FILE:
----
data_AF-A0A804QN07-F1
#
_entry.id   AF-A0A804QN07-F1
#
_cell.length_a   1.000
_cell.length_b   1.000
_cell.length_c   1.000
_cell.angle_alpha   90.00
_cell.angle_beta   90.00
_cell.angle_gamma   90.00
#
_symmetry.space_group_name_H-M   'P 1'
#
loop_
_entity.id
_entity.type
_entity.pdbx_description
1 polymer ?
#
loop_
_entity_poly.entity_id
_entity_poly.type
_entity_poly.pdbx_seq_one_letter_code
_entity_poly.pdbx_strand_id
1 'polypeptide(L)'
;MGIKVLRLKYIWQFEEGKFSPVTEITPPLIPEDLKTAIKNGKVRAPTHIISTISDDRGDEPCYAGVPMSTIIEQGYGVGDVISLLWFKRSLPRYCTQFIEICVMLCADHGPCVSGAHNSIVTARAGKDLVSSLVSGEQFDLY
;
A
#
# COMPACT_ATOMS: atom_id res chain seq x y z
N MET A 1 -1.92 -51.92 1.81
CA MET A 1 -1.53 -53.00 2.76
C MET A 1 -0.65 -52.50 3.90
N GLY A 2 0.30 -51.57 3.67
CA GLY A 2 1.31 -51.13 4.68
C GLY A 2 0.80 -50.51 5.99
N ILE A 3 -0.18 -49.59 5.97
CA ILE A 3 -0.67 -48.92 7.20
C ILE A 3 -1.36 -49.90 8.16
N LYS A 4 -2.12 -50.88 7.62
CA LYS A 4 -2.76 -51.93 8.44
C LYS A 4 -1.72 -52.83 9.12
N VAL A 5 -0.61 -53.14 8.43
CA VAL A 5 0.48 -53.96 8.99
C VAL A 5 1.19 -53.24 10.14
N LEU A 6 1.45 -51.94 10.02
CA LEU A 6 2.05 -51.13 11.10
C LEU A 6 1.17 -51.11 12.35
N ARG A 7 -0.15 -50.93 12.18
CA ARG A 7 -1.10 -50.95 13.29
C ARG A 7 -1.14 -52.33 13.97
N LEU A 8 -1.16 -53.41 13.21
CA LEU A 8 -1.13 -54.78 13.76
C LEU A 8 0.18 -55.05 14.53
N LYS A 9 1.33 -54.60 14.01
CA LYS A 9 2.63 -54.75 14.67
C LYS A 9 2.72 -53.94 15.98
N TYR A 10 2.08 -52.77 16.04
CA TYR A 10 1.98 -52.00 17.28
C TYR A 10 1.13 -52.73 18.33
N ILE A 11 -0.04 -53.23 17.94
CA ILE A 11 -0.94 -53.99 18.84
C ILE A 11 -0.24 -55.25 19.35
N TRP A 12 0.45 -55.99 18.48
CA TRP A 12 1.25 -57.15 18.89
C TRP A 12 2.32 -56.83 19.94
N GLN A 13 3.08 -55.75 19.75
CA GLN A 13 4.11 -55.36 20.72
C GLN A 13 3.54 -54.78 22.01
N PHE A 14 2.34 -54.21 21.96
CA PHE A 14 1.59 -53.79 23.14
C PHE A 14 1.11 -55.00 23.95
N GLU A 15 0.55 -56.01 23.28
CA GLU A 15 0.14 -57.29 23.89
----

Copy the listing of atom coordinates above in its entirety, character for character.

data_AF-A0A804QN07-F1
#
_entry.id   AF-A0A804QN07-F1
#
_cell.length_a   1.000
_cell.length_b   1.000
_cell.length_c   1.000
_cell.angle_alpha   90.00
_cell.angle_beta   90.00
_cell.angle_gamma   90.00
#
_symmetry.space_group_name_H-M   'P 1'
#
loop_
_entity.id
_entity.type
_entity.pdbx_description
1 polymer ?
#
loop_
_entity_poly.entity_id
_entity_poly.type
_entity_poly.pdbx_seq_one_letter_code
_entity_poly.pdbx_strand_id
1 'polypeptide(L)'
;MGIKVLRLKYIWQFEEGKFSPVTEITPPLIPEDLKTAIKNGKVRAPTHIISTISDDRGDEPCYAGVPMSTIIEQGYGVGDVISLLWFKRSLPRYCTQFIEICVMLCADHGPCVSGAHNSIVTARAGKDLVSSLVSGEQFDLY
;
A
#
# COMPACT_ATOMS: atom_id res chain seq x y z
N MET A 1 -1.92 -51.92 1.81
CA MET A 1 -1.53 -53.00 2.76
C MET A 1 -0.65 -52.50 3.90
N GLY A 2 0.30 -51.57 3.67
CA GLY A 2 1.31 -51.13 4.68
C GLY A 2 0.80 -50.51 5.99
N ILE A 3 -0.18 -49.59 5.97
CA ILE A 3 -0.67 -48.92 7.20
C ILE A 3 -1.36 -49.90 8.16
N LYS A 4 -2.12 -50.88 7.62
CA LYS A 4 -2.76 -51.93 8.44
C LYS A 4 -1.72 -52.83 9.12
N VAL A 5 -0.61 -53.14 8.43
CA VAL A 5 0.48 -53.96 8.99
C VAL A 5 1.19 -53.24 10.14
N LEU A 6 1.45 -51.94 10.02
CA LEU A 6 2.05 -51.13 11.10
C LEU A 6 1.17 -51.11 12.35
N ARG A 7 -0.15 -50.93 12.18
CA ARG A 7 -1.10 -50.95 13.29
C ARG A 7 -1.14 -52.33 13.97
N LEU A 8 -1.16 -53.41 13.21
CA LEU A 8 -1.13 -54.78 13.76
C LEU A 8 0.18 -55.05 14.53
N LYS A 9 1.33 -54.60 14.01
CA LYS A 9 2.63 -54.75 14.67
C LYS A 9 2.72 -53.94 15.98
N TYR A 10 2.08 -52.77 16.04
CA TYR A 10 1.98 -52.00 17.28
C TYR A 10 1.13 -52.73 18.33
N ILE A 11 -0.04 -53.23 17.94
CA ILE A 11 -0.94 -53.99 18.84
C ILE A 11 -0.24 -55.25 19.35
N TRP A 12 0.45 -55.99 18.48
CA TRP A 12 1.25 -57.15 18.89
C TRP A 12 2.32 -56.83 19.94
N GLN A 13 3.08 -55.75 19.75
CA GLN A 13 4.11 -55.36 20.72
C GLN A 13 3.54 -54.78 22.01
N PHE A 14 2.34 -54.21 21.96
CA PHE A 14 1.59 -53.79 23.14
C PHE A 14 1.11 -55.00 23.95
N GLU A 15 0.55 -56.01 23.28
CA GLU A 15 0.14 -57.29 23.89